Mutant Year Zero: Road to Eden Review

The Xbox Game Pass has always been appealing. I mean, what’s not to love? For one cheap costing subscription, you’re getting hundreds of hours worth of diverse games, right in one place. Though, despite the wide selection of titles available, only a handful of them truly stand out. Let me save you some time. Mutant Year Zero: Road to Eden is easily one of the best games in the program, and arguably one of the best games to arrive this month. The game takes elements from a wide range of genres, and effortlessly blends them together to create a new breed of brilliance.

The game takes place in the future; a war-torn climate-challenged Earth. In this version of a post-human world, every nation that’s been nuked has left behind but traces of human existence. Together, stray survivors have built a haven that resides far from the evils and terrors that spread the lands, a haven known as Ark. One man rules the Ark, and is often referred to as the Elder – known to be the last true human alive. The Elder watches over everyone and keeps them safe and united, ranting and teaching that anywhere outside of the Ark is both dangerous and daunting.

Those that set foot (or flapper) outside of the Ark will be faced with many a creature that lurks in the dark, ready to kill, or worse, without hesitation. Only the brave Stalkers may venture into the unknown. The tough-nuts that head out in search of scrap, water, and food, for the people of Ark. It’s a wildly interesting setting, which says a lot about a game with a post-human theme, especially when we take into account that post-anything has been done, time and time again before.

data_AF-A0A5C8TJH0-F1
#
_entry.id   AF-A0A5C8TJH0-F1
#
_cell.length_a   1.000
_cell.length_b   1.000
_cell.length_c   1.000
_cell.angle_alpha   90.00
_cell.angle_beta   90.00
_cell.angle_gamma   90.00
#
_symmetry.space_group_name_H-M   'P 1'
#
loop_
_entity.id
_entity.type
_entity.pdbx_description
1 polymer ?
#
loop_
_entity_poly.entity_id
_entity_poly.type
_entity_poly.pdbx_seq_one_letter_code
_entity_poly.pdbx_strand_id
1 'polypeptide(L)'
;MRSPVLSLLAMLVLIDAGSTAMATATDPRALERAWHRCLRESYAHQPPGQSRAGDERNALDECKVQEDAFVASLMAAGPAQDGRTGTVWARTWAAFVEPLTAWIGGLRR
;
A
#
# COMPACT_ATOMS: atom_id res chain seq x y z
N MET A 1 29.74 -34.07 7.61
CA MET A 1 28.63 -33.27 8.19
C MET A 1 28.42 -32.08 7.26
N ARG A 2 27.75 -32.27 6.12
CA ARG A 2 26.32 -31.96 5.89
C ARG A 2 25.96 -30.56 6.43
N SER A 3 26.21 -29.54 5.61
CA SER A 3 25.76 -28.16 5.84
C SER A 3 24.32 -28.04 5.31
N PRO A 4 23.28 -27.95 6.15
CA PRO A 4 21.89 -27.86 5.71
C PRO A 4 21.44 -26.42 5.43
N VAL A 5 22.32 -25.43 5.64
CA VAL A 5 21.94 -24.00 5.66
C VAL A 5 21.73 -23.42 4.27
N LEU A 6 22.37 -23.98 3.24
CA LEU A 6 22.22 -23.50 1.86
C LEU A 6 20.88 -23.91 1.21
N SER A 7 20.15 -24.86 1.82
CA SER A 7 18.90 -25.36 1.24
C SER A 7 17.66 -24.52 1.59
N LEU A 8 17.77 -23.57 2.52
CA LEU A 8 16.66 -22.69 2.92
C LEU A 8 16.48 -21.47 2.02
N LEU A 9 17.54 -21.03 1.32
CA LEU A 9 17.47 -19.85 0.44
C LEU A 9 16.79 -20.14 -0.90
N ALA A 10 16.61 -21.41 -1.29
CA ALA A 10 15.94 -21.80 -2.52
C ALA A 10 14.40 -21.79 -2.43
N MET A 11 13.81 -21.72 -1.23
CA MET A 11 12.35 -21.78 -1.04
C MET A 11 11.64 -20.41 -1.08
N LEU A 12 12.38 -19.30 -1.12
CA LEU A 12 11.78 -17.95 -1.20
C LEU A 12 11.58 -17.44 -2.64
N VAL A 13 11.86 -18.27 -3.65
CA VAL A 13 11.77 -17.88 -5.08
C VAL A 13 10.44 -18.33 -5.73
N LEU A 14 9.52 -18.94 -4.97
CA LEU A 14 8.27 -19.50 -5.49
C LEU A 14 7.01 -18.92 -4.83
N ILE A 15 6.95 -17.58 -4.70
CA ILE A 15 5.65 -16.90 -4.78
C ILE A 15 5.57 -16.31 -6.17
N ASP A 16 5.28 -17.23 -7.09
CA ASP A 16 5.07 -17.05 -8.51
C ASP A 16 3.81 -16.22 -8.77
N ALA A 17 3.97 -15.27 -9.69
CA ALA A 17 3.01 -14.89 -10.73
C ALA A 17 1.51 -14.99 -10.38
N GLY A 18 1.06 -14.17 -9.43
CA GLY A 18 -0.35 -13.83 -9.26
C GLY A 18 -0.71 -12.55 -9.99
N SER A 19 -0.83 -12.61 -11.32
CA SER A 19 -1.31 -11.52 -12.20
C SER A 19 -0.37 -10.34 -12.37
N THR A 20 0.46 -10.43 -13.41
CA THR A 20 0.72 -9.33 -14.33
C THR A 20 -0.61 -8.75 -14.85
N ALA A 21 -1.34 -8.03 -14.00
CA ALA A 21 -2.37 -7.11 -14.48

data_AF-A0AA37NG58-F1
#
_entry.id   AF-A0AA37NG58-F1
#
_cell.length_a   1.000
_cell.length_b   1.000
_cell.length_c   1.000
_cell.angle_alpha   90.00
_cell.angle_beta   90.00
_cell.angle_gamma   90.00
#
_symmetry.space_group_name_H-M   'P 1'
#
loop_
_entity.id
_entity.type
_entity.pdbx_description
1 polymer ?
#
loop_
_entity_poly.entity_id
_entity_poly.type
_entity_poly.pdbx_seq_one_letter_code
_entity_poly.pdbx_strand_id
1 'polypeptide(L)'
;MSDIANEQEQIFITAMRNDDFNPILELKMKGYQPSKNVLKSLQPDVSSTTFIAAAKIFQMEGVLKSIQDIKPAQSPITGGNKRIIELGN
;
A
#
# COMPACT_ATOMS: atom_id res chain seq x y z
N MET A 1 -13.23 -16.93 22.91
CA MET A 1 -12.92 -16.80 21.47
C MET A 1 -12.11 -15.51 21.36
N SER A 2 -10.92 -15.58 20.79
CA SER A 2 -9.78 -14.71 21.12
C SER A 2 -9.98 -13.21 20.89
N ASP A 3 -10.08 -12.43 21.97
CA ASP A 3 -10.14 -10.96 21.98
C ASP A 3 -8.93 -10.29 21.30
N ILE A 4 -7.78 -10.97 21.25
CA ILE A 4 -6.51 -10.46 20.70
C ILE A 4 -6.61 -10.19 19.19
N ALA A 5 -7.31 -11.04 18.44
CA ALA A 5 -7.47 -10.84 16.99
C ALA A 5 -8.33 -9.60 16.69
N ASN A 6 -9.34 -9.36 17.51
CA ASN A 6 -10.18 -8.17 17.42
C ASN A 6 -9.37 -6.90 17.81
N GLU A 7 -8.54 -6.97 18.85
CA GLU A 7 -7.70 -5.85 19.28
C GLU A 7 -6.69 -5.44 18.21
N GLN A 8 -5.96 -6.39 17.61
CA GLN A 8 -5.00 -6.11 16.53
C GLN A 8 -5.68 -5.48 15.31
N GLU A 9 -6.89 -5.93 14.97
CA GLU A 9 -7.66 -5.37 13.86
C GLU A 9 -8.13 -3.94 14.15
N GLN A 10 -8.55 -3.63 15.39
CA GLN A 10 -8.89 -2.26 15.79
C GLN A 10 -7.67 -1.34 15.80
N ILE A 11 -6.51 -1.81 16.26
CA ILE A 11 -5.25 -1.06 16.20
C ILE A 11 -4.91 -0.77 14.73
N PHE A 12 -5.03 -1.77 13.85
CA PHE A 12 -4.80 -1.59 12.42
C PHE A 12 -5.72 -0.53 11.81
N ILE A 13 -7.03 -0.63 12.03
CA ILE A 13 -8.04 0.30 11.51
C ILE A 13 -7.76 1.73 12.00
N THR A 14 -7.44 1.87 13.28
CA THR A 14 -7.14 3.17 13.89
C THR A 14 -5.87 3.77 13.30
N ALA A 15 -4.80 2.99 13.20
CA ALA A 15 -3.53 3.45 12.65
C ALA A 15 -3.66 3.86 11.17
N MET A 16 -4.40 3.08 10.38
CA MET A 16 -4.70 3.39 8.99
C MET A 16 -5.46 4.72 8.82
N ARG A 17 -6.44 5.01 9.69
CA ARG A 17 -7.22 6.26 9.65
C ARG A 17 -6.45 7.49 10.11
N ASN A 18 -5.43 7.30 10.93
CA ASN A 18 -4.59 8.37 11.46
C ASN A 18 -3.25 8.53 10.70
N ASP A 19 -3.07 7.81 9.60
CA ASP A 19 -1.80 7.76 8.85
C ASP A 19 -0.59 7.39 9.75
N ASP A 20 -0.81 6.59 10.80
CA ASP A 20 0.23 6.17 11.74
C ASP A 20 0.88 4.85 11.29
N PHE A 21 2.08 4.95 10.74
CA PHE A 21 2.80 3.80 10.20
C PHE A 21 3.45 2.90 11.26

Whatever the case, the world is in the grasp of nature’s reclamation, and, by and large, any form of civilization is split into two factions; ghouls and mutants. The key to any good post-apocalyptic story rests solely on acquisition and uprising, and Mutant Year Zero is no exception. You see, legends tell of a place known as Eden – a location that’s described as the ancients’ haven in the middle of hell, one that, according to the stories, holds answers. That’s the game’s general premise, and as lightly alluded to above, it’s one that’s setup and laid out magnificently well.

The game initially throws you into the roll of Dux and Bormin, a mutated duck and boar, respectively. This duo serves as your starter crew, and if you’re anything like me, you’ll keep these with you throughout the entirety of play. What immediately sets the game apart from its peers is its layer of freedom. Here, you’re able to walk around freely and do whatever you want to in regards to exploration. There’s no limits to this aspect of play, further lending the game a degree of depth that isn’t matched by any game of its kind, or at least one that’s taken from recent memory.

It’s great being able to explore all of the game’s areas in detail, with an added incentive that you may oftentimes be treated to some additional lore for your troubles. Whilst exploring the zone, as it’s called, you’ll locate useful resources to aid you along the way. This includes the likes of scrap metal – the game’s currency, weapon parts – necessary for upgrading your firepower, and collectible goods – weapons that can be swapped around, so long as you’re not engaged in combat, and, useful tidbits such as med-kits. The latter doesn’t really need much of a description.

Whilst you’re out and about in the vast death-trap that is Mutant Year Zero, you’ll have no shortage of enemies hunting you down. Due to the fact that there’s usually more than one route that you can take to fulfill any given objective, many fights can be tackled however you see fit – or not at all. This fluidity is sensational for game of this type. It allows for a dynamic approach to each situation throughout. Fancy flanking your foes to gain the upper-hand? Get right to it. Prefer the balls-out guns-high approach? You can do that too! Or, sneak by them undetected for swifter progress.